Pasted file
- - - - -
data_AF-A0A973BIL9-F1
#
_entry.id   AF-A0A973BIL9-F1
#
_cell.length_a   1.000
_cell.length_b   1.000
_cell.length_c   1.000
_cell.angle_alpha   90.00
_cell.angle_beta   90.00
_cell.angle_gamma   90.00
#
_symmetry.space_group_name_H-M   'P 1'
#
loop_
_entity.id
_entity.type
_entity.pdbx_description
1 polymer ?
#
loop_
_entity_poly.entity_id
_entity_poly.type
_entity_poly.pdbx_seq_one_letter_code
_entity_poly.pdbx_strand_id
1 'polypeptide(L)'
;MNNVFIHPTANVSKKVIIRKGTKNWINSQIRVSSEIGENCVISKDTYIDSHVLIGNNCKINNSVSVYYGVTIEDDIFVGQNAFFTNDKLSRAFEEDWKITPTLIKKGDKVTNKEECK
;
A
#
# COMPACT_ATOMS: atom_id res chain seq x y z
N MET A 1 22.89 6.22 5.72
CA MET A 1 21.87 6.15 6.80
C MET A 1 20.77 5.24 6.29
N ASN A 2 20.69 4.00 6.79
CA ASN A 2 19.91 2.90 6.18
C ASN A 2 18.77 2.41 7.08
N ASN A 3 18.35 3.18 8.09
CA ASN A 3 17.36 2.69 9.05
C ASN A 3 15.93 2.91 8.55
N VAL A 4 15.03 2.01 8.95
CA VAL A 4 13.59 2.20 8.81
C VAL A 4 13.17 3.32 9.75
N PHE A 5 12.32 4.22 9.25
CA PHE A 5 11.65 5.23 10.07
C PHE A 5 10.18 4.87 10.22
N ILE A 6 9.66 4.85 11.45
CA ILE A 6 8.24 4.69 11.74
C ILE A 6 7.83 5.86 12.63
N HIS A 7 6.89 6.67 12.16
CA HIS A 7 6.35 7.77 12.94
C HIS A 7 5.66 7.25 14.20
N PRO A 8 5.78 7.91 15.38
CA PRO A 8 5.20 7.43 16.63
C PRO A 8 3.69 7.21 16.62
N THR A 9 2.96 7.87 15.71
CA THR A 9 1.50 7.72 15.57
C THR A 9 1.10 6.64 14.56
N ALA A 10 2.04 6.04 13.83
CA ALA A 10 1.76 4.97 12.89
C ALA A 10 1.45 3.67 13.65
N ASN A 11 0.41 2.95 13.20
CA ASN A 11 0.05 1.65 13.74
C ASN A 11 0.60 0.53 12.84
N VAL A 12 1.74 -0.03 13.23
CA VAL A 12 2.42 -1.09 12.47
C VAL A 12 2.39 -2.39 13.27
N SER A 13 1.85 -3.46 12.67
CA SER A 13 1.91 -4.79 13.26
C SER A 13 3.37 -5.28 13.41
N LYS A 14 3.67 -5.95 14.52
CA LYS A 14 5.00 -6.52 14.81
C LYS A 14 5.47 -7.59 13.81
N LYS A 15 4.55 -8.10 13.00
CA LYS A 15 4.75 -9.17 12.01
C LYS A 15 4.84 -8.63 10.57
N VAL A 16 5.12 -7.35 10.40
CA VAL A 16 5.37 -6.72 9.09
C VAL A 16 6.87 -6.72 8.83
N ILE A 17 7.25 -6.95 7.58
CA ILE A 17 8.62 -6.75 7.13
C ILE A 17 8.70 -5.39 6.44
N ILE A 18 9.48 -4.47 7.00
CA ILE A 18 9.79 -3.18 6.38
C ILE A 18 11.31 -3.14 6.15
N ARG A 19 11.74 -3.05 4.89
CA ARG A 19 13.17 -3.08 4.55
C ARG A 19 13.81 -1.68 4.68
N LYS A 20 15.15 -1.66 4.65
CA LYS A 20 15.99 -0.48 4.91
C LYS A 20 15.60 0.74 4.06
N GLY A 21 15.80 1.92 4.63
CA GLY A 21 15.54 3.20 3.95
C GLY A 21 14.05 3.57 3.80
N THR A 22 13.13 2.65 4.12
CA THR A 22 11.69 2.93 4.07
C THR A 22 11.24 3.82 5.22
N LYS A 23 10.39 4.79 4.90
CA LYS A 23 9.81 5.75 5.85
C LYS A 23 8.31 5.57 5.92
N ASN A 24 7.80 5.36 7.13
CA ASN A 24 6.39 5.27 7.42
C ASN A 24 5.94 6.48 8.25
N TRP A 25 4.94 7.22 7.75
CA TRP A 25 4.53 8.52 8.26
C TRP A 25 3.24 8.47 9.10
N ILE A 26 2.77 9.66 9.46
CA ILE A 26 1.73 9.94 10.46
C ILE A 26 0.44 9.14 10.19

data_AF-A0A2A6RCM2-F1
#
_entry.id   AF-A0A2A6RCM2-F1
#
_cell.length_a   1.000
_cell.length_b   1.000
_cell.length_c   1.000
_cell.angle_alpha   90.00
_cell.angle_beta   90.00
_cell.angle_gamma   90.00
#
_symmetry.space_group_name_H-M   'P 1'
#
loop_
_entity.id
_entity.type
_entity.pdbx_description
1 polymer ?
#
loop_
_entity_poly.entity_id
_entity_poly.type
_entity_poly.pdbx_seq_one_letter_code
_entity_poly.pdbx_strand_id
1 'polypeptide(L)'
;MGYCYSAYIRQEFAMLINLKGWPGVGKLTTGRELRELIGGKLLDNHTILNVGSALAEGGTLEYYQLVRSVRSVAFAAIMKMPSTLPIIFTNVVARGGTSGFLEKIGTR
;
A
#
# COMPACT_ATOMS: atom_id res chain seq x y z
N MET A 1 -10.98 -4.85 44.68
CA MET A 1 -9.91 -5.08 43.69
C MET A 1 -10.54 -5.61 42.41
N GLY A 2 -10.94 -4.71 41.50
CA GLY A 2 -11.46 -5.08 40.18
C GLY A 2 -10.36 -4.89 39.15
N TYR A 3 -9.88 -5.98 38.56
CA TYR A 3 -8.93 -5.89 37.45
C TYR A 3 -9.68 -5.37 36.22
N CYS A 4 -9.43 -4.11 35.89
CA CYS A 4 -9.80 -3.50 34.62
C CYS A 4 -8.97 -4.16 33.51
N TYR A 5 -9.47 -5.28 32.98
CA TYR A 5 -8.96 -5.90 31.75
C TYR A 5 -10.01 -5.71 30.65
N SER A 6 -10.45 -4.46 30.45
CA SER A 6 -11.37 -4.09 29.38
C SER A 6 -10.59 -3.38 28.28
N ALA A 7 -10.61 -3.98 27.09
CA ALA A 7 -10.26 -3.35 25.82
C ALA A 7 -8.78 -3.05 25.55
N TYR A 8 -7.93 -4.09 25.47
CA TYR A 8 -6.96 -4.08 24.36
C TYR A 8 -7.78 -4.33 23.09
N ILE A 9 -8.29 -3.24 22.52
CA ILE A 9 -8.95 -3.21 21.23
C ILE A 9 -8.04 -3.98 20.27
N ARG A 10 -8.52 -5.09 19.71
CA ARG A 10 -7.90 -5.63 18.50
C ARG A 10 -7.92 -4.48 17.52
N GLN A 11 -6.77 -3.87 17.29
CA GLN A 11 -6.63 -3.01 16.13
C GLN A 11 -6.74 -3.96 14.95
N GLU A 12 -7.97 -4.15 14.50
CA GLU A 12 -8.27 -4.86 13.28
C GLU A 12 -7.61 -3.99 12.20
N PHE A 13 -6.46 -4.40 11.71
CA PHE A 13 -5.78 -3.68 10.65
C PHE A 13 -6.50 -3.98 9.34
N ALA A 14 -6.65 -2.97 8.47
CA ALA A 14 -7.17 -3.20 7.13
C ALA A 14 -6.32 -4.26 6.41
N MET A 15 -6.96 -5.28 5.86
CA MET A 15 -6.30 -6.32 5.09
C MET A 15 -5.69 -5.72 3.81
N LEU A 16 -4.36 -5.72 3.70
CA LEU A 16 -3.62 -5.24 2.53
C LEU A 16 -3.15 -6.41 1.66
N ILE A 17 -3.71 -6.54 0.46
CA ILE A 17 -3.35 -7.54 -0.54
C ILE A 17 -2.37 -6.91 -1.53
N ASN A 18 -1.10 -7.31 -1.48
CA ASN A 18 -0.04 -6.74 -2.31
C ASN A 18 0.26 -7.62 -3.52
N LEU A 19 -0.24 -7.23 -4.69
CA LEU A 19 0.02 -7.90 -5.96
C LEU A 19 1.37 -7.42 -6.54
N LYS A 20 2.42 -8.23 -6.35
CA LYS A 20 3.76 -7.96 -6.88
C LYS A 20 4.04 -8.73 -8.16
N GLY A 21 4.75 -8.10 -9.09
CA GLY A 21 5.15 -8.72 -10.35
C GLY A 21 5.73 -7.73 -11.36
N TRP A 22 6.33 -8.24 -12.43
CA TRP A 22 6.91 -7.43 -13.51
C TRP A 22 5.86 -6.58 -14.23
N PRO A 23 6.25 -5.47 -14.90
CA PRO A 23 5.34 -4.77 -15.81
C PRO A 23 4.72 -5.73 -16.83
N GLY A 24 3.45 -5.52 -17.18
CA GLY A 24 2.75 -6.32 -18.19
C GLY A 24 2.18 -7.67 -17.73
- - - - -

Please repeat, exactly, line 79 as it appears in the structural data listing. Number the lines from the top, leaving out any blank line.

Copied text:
N ILE A 17 7.25 -6.95 7.58